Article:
State and semi-official media in Iran picked up the report from Al-Mayadeen, which later published the names of vessels it claimed were involved.

The AP, after speaking to Emirati officials and local witnesses, found the report about explosions at the port to be unsubstantiated.

Fujairah's port is about 140 kilometres (85 miles) south of the Strait of Hormuz, the narrow mouth of the Persian Gulf through which a third of all oil at sea is traded.

The facility handles oil for bunkering and shipping, as well as general and bulk cargo. It is seen as strategically located, serving shipping routes in the Persian Gulf, the Indian subcontinent and Africa.

Also on Sunday, the US Maritime Administration had issued a new warning to sailors about the alleged sabotage, while stressing “the incident has not been confirmed.”

It urged shippers to exercise caution in the area for the next week. Publicly available satellite images of the area taken Sunday showed no smoke or fire.

It remains unclear if the previous warning from the US Maritime Administration is the same perceived threat that prompted the White House to order the USS Abraham Lincoln aircraft carrier strike group and B-52 bombers to the region on May 4.

GCC warns against 'irresponsible acts'

Underlining the regional risk, the general-secretary of the six-nation Gulf Cooperation Council described the alleged sabotage as a “serious escalation” in an overnight statement.

“Such irresponsible acts will increase tension and conflicts in the region and expose its peoples to great danger,” Abdullatif bin Rashid al-Zayani said.

Bahrain, Egypt and Yemen's internationally recognised government similarly condemned the alleged sabotage.



https://www.dawn.com/news/1482031

Comments

Popular posts from this blog

SSG Commando Muddassir Iqbal of Pakistan Army

“ Commando Muddassir Iqbal was part of the team who conducted Army Public School operation on 16 December 2014. In this video he reveals that he along with other commandos was ordered to kill the innocent children inside school, when asked why should they kill children after killing all the terrorist he was told that it would be a chance to defame Taliban and get nation on the side. He and all other commandos killed children and later Taliban was blamed.
Muddassir Iqbal has deserted the military and now he is  with mujahedeen somewhere in AF PAK border area”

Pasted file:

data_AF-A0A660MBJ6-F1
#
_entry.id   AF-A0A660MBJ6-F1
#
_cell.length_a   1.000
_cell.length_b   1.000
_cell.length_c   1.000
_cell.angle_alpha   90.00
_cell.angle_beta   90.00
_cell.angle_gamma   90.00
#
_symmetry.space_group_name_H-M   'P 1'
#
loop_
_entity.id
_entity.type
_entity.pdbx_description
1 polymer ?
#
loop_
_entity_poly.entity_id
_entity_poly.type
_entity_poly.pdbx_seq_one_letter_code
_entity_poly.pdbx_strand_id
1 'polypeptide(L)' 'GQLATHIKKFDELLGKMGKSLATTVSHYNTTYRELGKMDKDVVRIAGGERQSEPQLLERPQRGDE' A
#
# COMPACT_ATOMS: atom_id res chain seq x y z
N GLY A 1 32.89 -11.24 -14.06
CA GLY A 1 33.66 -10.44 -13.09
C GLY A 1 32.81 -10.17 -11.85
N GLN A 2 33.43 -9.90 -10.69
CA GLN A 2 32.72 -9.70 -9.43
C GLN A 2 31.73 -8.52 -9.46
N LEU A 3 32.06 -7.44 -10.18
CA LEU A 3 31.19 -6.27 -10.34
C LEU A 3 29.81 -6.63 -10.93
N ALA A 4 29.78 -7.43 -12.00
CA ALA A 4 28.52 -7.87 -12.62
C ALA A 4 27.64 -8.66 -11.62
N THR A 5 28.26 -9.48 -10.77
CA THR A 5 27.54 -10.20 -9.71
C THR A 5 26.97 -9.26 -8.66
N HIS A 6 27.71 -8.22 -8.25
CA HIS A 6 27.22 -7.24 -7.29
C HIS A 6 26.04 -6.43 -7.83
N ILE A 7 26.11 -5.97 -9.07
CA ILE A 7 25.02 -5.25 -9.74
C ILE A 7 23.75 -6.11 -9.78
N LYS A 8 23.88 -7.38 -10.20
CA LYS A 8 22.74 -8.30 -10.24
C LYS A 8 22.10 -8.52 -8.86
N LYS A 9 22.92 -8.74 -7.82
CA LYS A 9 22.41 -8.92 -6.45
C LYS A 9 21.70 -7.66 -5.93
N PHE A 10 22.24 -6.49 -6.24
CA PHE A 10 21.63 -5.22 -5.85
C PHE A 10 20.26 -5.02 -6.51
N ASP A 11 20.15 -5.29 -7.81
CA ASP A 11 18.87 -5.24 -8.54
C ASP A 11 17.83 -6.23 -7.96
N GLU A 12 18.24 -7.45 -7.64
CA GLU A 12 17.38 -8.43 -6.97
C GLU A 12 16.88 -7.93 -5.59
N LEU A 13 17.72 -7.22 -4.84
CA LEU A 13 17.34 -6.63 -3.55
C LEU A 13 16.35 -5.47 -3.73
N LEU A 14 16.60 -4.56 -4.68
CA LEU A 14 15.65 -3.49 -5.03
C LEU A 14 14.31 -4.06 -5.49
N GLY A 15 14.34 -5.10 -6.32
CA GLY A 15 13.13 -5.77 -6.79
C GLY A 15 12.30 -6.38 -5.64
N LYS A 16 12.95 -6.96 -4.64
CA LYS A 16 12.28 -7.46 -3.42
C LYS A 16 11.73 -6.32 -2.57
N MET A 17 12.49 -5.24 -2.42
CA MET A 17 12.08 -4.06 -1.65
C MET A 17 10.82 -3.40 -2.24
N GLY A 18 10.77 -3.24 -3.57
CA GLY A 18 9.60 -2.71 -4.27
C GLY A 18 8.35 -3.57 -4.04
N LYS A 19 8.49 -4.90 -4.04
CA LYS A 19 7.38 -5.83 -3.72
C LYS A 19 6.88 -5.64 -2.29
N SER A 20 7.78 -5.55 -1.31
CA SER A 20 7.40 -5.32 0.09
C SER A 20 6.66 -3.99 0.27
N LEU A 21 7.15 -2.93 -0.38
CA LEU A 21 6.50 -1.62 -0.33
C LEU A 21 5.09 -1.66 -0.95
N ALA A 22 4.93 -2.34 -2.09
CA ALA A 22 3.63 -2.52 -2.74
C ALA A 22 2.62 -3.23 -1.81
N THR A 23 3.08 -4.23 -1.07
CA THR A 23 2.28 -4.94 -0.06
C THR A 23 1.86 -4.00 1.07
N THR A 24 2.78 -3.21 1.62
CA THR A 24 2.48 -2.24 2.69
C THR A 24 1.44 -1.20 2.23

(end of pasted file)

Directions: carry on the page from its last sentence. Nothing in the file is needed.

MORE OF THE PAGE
For authenticity of  this tape journalists can easy reach to his home town to interview his family members or   ISPR as he reveals his army service number”
Asalam o Alaikum: My name is Muddassir Iqbal. My father’s name is Naimat Ali. I belong to Sialkot divison (Punjab province), my village is Shamsher Poor and district, tehsil and post office  Narowal. Unfortunately I was working in Pakistan army. I feel embarrassed to tell you …

CPEC Jobs in Pakistan, salary details

JOBS...نوکریاں چائنہ کمپنی میںPlease help the deserving persons...Salary:Salary package in China–Pakistan Economic Corridor (CPEC) in these 300,000 jobs shall be on daily wages. The details of the daily wages are as follows;Welder: Rs. 1,700 dailyHeavy Duty Driver: Rs. 1,700 dailyMason: Rs. 1,500 dailyHelper: Rs. 850 dailyElectrician: Rs. 1,700 dailySurveyor: Rs. 2,500 dailySecurity Guard: Rs. 1,600 dailyBulldozer operator: Rs. 2,200 dailyConcrete mixer machine operator: Rs. 2,000 dailyRoller operator: Rs. 2,000 dailySteel fixer: Rs. 2,200 dailyIron Shuttering fixer: Rs. 1,800 dailyAccount clerk: Rs. 2,200 dailyCarpenter: Rs. 1,700 dailyLight duty driver: Rs. 1,700 dailyLabour: Rs. 900 dailyPara Engine mechanic: Rs. 1,700 dailyPipe fitter: Rs. 1,700 dailyStorekeeper: Rs. 1,700 dailyOffice boy: Rs. 1,200 dailyExcavator operator: Rs. 2,200 dailyShovel operator: Rs. 2,200 dailyComputer operator: Rs. 2,200 dailySecurity Supervisor: Rs. 2,200 dailyCook for Chinese food: Rs. 2,000 dailyCook…

The Rise of China-Europe Railways

https://www.csis.org/analysis/rise-china-europe-railways

The Rise of China-Europe RailwaysMarch 6, 2018The Dawn of a New Commercial Era?For over two millennia, technology and politics have shaped trade across the Eurasian supercontinent. The compass and domesticated camels helped the “silk routes” emerge between 200 and 400 CE, and peaceful interactions between the Han and Hellenic empires allowed overland trade to flourish. A major shift occurred in the late fifteenth century, when the invention of large ocean-going vessels and new navigation methods made maritime trade more competitive. Mercantilism and competition among Europe’s colonial powers helped pull commerce to the coastlines. Since then, commerce between Asia and Europe has traveled primarily by sea.1Against this historical backdrop, new railway services between China and Europe have emerged rapidly. Just 10 years ago, regular direct freight services from China to Europe did not exist.2 Today, they connect roughly 35 Chinese…